GLOSSARY - A

above -- that area of the stage farthest away from the audience. A written stage direction might call for an actor to "cross above table." Also called upstage. Term originated from original raked stage which was angled to give audience member a better view of entire stage.
abstract stage -- one in which the bare minimum of setting is used such as free-standing doors, free-hung windows, limited furnishings; stylistic rather than realistic.
acetone -- strong solvent used to remove spirit gum or other adhesives used in makeup.
acoustics -- the total effect of sound in a theatre, affected by size and shape of a space as well as its furnishings and floor coverings.
act -- 1. the major division of a play; 2. to perform by representing a character in a play.
act change -- a change of setting, props, lights, and/or costumes between acts.
act curtain -- the front of main curtain on a prescenium stage directly behind the grand drapery.
act drop -- the painted curtain closing the proscenium between the qacts of a play, so-called ruing the latter part of the eighteenth century.
acting -- creating an illusion with behavior attributed to a particular character, project by voice and movement to an audience.
acting area -- a small area of the stage that has its own set of lights. Lighting designers often divide the stage into acting areas in order to create balanced lighting.
acting edition -- softbound copy of the script which often contains the stage directions, sound and light, cues, prop lists and costume descriptions from the prompt script of the world premier production. It is important to note that this added information was not provided by the playwright.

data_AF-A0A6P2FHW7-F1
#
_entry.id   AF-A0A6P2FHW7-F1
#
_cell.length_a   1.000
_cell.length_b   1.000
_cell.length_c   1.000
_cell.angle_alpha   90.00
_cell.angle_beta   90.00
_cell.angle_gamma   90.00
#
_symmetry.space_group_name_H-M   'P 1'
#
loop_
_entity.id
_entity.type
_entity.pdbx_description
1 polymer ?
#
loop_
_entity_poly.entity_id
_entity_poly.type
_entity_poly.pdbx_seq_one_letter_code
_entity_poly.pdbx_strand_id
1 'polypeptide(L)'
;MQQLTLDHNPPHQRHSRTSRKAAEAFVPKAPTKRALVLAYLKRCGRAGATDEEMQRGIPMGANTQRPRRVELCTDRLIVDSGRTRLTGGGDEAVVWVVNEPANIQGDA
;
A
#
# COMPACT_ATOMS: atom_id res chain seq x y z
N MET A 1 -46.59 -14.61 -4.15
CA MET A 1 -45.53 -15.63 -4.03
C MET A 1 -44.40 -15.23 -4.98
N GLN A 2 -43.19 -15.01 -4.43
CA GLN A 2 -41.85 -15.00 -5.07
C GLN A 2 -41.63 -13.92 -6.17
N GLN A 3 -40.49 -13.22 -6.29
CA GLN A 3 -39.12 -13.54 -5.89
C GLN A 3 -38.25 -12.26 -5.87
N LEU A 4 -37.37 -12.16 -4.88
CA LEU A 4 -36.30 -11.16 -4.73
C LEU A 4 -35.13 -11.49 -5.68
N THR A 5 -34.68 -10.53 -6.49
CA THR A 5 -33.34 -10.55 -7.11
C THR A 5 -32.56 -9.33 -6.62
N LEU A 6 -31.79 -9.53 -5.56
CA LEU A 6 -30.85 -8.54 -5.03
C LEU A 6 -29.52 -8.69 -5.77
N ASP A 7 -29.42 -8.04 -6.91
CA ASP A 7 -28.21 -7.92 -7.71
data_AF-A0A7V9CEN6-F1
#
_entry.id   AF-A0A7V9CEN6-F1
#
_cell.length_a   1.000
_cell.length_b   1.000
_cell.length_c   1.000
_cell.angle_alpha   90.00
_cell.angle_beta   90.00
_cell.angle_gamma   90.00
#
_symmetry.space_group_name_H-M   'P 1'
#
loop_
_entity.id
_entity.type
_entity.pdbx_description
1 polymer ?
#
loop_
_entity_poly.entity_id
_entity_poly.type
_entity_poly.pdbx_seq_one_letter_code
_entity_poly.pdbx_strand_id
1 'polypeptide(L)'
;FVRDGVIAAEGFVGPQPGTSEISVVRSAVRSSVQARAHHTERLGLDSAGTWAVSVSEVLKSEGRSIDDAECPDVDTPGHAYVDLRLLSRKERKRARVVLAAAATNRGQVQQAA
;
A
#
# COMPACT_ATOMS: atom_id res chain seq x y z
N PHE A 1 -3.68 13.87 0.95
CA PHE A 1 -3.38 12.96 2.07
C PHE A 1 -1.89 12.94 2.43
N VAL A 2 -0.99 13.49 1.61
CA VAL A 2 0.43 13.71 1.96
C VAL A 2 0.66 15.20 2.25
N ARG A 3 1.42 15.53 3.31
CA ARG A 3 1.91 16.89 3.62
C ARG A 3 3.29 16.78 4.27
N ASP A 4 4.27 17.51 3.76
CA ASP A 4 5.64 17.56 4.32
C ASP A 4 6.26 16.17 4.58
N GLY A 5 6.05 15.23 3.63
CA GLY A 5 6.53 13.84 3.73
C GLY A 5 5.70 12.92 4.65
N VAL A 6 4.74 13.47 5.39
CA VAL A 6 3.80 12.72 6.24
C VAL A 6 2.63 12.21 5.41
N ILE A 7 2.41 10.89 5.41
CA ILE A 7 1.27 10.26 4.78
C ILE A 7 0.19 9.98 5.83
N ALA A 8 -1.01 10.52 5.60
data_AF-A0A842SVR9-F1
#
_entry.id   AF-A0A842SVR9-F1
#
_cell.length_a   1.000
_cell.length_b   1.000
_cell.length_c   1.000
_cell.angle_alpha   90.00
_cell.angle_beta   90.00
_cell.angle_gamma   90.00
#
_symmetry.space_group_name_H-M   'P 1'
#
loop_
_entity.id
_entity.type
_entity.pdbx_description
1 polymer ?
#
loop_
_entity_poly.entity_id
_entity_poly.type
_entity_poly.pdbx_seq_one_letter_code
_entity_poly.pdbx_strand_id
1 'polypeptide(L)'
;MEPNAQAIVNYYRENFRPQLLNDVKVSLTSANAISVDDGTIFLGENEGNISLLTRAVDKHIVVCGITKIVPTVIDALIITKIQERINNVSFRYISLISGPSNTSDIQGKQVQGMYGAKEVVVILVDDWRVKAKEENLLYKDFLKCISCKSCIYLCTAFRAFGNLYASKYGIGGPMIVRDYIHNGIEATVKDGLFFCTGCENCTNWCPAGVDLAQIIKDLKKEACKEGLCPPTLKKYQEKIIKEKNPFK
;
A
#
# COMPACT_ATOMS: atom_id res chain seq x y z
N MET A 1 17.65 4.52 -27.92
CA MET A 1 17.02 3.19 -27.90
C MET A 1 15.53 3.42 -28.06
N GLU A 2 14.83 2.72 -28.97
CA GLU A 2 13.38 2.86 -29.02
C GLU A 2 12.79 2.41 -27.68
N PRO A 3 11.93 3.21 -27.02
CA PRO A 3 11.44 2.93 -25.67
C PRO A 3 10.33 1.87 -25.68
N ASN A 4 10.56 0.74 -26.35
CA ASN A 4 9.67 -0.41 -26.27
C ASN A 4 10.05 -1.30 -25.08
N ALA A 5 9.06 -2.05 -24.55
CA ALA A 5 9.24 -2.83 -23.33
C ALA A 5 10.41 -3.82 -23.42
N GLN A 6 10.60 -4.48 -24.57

acting play -- one having a wide variety of dramatics as opposed to a literary play which depends on the effective delivery of lines for success.
action -- the incidents of a play as expressed through the dialogue and movement of the characters.
actor proof -- a term meaning the script is so good that any actor, regardless of his ability, could succedd in using it.
actors -- individuals who, within the performance contract, enact characters or situations other than their own, using as the materials of the art, their own body and voice. The term “actor” applies to both women and men.
Actor’s Equity Association -- 165 West 46 Street, New York, New York 10036. Founded in 1912, this organization serves as a labor union for professional actors.
Actor's Studio -- a well-known American training school devoted to teaching the Stanislavski system of acting.
actor trap -- a slang term assigned to any technical situation that will trip up an inattentive actor ,e.g., an uneven step on a staircase.
actress -- a female actor.
ad lib -- to improvise words and actions
adaptation -- a play taken from a novel, a movie or other literary material; dates of earlier plays; musical adaptations of straight plays.
adjustment -- specific, well-chosen phrases in the script that enable an actor to correctly accomplish his actions.
advance -- refers ot tickets sold before the productgion begins